Working with PHP dependencies in multiple repositories

How to synchronize changes between two dependent PHP code bases in two Git repositories.

Imagine yourself working on a PHP code base distributed between two or more Git repositories, for example a library and an application part. Ideally, the two repositories should be independent, but sometimes that lofty goal can’t be achieved. And having two repositories open in your editor and doing git commit, git push, composer update all the time becomes tedious. This article shows how to work faster with two dependent PHP code bases.

Edit composer.json to use local repository

Regardless if your library is on packagist or in a GitHub repository, put something like this in the composer.json file of your application:

    "repositories": [
            "type": "path",
            "url": "../relative/path/to/your/library"

When you run composer install, composer will try to create a symbolic link to the library. That means when you change the library, the change will be immediately available in the code of the application. If composer can’t create a symlink created, you’ll need to run composer update your/library for every change you make in the library.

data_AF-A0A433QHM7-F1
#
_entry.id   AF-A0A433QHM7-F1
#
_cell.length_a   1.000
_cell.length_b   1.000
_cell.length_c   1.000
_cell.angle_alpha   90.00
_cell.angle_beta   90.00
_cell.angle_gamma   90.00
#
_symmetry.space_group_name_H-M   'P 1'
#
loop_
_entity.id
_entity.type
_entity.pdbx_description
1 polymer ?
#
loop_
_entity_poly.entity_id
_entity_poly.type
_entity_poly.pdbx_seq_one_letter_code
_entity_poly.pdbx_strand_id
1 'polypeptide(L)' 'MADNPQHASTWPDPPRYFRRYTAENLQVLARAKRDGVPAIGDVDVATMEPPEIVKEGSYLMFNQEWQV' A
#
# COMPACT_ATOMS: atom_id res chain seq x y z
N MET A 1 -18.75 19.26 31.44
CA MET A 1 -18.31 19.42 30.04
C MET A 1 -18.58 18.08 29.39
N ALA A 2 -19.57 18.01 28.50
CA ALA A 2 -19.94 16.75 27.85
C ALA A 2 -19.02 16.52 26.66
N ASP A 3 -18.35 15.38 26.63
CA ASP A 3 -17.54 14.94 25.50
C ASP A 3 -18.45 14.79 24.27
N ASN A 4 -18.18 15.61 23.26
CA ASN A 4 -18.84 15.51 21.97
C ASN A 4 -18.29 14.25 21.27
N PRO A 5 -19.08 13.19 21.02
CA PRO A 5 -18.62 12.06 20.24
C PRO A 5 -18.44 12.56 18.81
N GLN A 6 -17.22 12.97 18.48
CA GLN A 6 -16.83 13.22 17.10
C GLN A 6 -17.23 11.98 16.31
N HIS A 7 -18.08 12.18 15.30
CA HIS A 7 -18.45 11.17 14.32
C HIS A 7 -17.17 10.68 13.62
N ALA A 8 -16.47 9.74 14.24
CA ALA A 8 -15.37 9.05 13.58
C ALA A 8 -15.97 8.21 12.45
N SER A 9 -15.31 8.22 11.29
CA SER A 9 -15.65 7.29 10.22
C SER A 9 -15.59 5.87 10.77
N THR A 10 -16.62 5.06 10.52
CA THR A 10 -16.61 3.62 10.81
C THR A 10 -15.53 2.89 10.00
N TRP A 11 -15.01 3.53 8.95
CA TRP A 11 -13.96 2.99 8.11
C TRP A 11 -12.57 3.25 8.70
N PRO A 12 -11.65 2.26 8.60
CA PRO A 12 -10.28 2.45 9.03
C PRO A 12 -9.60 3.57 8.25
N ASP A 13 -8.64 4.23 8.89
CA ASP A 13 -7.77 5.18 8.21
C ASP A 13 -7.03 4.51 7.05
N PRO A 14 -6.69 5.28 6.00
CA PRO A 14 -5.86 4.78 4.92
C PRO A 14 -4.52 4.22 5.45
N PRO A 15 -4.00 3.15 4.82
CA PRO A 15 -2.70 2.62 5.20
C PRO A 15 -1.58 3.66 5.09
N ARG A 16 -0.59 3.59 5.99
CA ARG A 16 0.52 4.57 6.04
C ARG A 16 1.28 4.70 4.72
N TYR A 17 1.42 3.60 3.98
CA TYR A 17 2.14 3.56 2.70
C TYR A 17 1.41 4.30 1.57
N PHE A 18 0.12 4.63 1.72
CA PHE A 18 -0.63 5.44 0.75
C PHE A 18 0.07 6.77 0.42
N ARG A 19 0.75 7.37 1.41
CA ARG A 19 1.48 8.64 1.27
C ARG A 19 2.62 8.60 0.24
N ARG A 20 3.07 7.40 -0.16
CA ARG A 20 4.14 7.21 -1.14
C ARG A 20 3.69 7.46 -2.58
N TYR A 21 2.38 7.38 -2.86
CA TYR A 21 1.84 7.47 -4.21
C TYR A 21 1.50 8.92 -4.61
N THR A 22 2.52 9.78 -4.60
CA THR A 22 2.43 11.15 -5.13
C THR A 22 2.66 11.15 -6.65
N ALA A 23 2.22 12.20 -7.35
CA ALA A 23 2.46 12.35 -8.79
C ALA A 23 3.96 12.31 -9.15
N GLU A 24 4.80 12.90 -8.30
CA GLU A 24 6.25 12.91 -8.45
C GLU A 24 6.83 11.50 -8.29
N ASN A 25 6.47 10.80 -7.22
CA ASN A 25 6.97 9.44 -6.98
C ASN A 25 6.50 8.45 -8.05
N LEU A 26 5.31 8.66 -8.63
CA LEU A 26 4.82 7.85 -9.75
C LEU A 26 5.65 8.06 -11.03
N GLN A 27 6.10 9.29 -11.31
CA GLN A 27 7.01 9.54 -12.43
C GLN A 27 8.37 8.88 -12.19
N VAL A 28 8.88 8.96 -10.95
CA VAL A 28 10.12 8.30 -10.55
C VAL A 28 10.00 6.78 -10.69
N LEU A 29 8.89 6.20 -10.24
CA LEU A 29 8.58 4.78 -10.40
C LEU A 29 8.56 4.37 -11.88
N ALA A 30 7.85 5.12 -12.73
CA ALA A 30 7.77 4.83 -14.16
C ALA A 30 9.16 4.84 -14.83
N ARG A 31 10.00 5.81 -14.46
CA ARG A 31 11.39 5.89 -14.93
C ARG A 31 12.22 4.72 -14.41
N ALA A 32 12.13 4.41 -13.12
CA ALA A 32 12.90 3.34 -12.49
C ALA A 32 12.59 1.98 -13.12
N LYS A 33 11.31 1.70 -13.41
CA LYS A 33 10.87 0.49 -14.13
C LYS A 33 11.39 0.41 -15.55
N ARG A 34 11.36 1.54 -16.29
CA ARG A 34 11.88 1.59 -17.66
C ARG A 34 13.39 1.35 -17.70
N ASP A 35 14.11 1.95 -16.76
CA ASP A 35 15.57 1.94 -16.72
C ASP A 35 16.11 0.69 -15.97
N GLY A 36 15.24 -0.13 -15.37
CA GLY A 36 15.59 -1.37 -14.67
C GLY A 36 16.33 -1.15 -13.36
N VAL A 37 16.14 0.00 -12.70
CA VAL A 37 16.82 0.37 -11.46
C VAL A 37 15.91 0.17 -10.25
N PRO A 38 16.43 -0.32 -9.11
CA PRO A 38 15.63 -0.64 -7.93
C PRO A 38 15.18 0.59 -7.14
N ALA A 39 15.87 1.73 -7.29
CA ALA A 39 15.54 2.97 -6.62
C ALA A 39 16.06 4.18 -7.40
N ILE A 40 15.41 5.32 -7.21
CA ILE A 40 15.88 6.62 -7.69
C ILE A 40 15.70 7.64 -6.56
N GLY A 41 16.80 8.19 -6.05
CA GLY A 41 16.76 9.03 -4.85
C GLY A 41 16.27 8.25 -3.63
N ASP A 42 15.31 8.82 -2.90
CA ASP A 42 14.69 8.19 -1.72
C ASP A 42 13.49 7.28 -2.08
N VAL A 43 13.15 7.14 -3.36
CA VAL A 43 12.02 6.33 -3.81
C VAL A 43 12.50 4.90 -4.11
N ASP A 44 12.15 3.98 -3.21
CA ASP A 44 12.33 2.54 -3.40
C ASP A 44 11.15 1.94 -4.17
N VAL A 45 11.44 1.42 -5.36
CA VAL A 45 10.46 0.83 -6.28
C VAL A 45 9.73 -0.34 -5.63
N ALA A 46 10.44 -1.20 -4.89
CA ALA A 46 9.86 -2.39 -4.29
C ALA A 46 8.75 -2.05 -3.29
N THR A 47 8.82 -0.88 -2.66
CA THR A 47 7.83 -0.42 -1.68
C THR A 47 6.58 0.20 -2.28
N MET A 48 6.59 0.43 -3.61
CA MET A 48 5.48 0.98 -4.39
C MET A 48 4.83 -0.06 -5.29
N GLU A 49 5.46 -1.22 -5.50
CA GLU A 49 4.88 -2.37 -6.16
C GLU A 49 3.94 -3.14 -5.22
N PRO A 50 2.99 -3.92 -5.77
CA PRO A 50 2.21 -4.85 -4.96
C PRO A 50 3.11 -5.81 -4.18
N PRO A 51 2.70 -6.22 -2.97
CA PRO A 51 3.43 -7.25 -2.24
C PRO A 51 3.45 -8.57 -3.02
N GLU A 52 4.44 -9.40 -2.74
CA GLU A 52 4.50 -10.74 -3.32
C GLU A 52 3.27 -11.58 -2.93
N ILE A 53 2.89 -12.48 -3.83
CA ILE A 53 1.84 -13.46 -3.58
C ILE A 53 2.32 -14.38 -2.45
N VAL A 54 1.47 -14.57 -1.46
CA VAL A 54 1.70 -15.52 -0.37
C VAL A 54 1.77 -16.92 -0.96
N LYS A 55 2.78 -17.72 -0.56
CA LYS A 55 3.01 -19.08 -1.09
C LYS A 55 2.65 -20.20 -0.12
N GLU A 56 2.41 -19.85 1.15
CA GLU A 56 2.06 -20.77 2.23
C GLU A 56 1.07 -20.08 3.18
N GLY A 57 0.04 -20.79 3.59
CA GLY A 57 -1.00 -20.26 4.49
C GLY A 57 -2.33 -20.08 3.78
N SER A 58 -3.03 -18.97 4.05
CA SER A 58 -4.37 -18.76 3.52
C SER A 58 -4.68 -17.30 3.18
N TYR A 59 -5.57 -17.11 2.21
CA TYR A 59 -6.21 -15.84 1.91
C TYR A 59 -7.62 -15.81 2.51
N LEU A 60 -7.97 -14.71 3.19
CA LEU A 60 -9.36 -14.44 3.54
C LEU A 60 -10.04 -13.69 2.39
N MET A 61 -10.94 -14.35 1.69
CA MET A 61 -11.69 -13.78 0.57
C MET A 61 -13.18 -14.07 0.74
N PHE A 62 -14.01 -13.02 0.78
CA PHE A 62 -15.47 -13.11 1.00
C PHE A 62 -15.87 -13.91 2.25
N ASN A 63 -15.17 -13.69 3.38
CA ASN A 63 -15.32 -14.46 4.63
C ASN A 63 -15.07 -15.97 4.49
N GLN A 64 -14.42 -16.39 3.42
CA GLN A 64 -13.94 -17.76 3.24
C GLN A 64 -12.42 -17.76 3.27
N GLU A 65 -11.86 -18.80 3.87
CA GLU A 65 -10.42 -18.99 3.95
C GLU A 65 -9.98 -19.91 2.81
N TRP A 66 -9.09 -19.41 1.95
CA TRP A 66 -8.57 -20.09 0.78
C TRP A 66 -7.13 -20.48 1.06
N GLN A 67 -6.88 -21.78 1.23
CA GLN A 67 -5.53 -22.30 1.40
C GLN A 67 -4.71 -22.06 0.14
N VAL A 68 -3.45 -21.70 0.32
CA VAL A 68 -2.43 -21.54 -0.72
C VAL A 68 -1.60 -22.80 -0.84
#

If the composer.json of your library does not have a version entry that matches the version in the requirements of the application, you can change the require entry in the composer.json of your application to "your/library": "@dev".

When you’re finished coordinating your code bases, create a new release of your library and remove the path repository from the composer.json of your application.

The composer-based approach only works, if the PHP environment supports symbolic links. If you’re using a virtual machine or a Docker container, the target of the symbolic link may be outside of the file system that’s exposed from your host machine to the guest VM/container. In these cases you can to mount the dependency into the vendor folder instead.

Mounting the dependency into a Docker container

Docker allows you to mount directories into your image. The mounts will overlay the existing content. To overlay the contents of the vendor/your/library in the docker container, you add the parameter

-v /path/to/your/library:vendor/your/library

to your docker command.

If you’re using docker-compose, add the directory to your volumes list:

        image: php:7.1-fpm-alpine
            - .:/code
            - /path/to/your/library:code/vendor/your/library

Make sure that when you run composer commands, you’re not running them inside the container in which you mounted the library. Running them in a separate container will change only the original vendor directory on your host machine.